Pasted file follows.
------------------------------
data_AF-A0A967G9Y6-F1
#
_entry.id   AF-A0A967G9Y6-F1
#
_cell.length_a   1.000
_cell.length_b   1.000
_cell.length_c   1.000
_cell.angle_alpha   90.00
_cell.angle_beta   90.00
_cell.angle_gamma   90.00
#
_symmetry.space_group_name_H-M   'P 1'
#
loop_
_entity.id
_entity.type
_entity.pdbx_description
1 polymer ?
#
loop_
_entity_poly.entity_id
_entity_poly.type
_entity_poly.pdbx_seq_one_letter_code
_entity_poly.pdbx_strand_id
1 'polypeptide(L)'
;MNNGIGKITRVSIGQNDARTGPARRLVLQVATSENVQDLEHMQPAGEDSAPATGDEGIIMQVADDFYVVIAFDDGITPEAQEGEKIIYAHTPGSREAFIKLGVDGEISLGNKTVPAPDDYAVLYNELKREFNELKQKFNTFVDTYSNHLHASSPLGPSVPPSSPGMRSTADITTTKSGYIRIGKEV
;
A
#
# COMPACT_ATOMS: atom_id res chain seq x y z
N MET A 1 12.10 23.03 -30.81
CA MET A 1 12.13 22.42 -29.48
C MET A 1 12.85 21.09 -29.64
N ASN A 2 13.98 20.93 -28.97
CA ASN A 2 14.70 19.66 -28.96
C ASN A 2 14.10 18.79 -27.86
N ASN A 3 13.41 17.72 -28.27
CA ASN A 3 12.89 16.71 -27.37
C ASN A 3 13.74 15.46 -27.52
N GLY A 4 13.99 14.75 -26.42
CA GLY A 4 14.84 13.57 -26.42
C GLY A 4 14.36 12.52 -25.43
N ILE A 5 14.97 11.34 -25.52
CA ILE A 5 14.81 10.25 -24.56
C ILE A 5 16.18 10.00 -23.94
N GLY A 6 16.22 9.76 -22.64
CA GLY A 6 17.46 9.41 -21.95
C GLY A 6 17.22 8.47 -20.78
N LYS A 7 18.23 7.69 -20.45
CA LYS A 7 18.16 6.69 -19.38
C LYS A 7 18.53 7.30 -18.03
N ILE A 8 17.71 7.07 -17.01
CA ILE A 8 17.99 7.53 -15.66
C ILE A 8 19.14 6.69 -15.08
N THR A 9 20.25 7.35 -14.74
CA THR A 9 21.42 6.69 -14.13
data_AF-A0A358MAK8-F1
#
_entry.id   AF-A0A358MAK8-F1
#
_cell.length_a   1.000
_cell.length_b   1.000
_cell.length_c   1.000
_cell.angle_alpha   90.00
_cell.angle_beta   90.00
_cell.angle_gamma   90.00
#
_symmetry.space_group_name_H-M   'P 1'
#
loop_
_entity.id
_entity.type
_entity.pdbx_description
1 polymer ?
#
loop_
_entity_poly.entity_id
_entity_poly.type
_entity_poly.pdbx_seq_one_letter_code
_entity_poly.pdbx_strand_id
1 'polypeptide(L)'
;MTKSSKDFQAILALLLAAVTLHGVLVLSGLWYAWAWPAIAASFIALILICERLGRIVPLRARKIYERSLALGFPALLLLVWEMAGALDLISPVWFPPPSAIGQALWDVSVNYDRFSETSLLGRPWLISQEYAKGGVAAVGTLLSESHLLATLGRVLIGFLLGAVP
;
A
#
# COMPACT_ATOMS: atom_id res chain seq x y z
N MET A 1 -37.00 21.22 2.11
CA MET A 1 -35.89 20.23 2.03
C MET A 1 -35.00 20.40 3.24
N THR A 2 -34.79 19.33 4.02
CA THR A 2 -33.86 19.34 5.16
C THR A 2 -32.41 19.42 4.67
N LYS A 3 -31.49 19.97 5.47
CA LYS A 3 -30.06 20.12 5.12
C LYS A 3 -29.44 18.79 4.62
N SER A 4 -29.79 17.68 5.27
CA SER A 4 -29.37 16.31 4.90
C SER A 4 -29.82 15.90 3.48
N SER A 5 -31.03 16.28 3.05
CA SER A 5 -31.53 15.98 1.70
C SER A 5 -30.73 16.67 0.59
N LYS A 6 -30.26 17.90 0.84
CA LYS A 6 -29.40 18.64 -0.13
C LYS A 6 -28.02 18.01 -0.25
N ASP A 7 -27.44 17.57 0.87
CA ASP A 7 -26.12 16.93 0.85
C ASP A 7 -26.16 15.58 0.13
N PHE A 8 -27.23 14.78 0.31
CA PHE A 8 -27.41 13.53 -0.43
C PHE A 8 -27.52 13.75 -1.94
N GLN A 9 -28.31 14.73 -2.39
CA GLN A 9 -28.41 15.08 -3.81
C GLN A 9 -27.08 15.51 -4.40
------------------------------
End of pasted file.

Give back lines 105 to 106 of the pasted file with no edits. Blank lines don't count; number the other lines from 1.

N ASP A 7 -27.44 17.57 0.87
CA ASP A 7 -26.12 16.93 0.85